Sarita is 20 years old and lives in a small village in the northern Indian state of Jharkhand with her father, younger sister and brother. Her mother died when she was 10 and her father has schizophrenia and cannot work, he is often unwell and sometimes violent.

Sarita is his only carer. She bears all the responsibilities of providing for the family on her young shoulders and worries for the future.

When our founder Anil met Sarita, she explained to him how she desperately wanted to complete her education and find a good job to support the family that she loves, but could not leave her father to go and attend her studies. She worried constantly about money and anxiety was damaging her own health.

Carers Worldwide and our partner NBJK encouraged Sarita to join the carers group that we had recently set up in her village. Here, she was able to meet with others facing similar situations to her own, discuss her problems and start to think of solutions. The carers have become Sarita’s friends and they meet regularly for mutual support and social connection.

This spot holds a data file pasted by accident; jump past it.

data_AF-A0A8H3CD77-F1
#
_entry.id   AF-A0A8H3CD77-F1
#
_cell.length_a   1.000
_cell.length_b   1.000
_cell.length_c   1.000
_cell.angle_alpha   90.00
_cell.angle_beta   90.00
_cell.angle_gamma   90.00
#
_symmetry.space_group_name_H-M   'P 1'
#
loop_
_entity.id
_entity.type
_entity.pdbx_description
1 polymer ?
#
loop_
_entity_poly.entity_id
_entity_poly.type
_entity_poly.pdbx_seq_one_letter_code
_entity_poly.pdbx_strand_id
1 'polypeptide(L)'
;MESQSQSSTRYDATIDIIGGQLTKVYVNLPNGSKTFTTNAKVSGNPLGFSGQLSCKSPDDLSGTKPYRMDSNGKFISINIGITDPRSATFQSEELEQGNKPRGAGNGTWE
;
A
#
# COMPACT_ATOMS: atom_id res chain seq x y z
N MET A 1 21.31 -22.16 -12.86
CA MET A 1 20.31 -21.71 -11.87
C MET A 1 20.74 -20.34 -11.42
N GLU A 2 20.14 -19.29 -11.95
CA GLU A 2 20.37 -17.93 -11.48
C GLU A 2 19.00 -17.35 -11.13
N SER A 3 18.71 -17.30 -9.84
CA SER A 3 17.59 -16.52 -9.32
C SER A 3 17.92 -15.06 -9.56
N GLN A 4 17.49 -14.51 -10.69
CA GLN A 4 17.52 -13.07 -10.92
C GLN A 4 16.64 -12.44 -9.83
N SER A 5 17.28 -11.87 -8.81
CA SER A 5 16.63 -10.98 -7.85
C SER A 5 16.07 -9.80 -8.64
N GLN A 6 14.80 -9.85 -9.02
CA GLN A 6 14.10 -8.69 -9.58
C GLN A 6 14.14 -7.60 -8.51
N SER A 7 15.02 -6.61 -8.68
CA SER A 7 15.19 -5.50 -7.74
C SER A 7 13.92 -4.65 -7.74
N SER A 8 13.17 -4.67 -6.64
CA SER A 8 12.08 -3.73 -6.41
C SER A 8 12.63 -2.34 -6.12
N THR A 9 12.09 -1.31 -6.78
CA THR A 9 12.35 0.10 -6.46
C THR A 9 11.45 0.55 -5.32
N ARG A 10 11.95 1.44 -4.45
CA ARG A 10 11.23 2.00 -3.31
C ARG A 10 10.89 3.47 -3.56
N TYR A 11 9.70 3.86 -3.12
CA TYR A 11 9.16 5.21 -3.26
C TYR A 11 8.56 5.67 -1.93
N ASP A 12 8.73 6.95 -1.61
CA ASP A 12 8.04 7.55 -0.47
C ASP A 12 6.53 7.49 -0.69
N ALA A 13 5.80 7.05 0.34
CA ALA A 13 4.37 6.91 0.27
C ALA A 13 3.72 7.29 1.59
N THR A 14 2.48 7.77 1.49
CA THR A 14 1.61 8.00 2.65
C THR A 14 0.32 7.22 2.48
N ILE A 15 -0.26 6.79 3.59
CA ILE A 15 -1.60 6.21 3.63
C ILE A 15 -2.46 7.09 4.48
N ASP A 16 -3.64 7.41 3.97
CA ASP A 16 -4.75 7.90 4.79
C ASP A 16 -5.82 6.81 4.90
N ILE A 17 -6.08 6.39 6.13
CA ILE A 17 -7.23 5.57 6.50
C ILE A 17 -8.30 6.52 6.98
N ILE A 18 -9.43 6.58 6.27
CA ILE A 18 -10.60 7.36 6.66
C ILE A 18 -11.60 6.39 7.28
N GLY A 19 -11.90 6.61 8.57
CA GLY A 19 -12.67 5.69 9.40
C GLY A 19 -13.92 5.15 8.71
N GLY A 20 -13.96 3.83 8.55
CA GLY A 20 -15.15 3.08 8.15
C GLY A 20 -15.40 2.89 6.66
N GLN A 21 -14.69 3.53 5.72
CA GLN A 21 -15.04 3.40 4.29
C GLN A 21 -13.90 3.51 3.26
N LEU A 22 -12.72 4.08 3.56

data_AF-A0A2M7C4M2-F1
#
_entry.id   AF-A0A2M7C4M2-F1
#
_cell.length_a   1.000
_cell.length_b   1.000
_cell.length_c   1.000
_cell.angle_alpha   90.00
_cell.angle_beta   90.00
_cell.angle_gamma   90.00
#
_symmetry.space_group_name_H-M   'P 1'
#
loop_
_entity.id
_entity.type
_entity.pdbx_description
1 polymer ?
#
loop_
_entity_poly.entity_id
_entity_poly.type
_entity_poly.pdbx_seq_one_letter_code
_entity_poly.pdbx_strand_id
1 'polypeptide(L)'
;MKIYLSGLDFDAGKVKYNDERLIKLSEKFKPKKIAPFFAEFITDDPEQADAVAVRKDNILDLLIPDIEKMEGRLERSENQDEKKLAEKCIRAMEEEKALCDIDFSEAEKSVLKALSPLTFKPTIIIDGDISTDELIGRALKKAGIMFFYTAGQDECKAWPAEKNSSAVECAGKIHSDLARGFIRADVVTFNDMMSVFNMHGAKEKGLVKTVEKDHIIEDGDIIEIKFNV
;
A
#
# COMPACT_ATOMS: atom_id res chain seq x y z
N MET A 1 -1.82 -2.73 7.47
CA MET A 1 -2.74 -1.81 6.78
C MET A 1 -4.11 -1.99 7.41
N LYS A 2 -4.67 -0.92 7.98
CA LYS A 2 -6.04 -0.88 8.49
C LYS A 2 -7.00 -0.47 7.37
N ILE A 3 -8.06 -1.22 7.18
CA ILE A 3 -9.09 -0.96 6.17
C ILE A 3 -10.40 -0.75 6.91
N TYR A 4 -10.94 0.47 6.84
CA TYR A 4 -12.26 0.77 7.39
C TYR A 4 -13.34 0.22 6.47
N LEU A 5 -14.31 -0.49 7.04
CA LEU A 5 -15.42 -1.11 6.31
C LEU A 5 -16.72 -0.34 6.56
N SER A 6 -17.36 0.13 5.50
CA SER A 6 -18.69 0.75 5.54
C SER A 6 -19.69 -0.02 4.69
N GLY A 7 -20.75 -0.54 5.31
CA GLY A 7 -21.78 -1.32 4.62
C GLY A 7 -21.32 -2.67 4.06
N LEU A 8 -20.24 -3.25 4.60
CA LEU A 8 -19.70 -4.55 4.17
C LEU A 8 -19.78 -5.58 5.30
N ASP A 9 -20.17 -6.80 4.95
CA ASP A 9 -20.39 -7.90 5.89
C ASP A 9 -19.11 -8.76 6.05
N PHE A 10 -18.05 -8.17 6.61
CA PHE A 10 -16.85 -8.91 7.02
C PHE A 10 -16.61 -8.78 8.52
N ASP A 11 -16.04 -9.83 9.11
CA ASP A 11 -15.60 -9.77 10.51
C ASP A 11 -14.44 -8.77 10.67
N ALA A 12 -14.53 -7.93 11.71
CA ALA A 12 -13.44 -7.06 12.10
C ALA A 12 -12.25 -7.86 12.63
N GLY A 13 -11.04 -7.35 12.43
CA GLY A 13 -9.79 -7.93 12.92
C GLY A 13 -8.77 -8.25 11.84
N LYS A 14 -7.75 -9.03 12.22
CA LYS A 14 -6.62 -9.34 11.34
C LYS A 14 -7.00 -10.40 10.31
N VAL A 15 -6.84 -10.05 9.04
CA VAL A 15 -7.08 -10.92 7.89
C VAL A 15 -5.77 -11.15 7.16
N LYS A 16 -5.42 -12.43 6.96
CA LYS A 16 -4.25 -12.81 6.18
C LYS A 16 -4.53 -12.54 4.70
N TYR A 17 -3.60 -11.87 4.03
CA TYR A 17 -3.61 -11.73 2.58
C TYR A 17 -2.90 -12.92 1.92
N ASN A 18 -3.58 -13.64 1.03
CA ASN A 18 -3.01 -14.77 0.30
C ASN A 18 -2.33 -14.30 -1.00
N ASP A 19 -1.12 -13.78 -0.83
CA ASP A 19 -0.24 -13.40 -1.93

Having a little time away from caring for her father has given Sarita the chance to plan for their future.

Until her father becomes more medically stable, Sarita still needs to stay close to home and find ways to earn a living in conjunction with her caring responsibilities. Through the carers group, she secured a small loan and received training on how to set up a home-based business.  With this support, Sarita now has a thriving small business stitching school uniforms. She has also set up a small tuition centre for 15 local children, which she runs in conjunction with her caring responsibilities.

Together these businesses bring in a steady income.  When her siblings come home from school in the evening, Sarita makes time to go to college for a few hours to continue her studies. She now feels like the future has more certainty. Her worries for her family have greatly reduced and she knows that things will continue to get better as her businesses become more stable.

Our livelihoods projects are critical to families like Sarita’s, subscribe to our e-news to keep up to date on our work.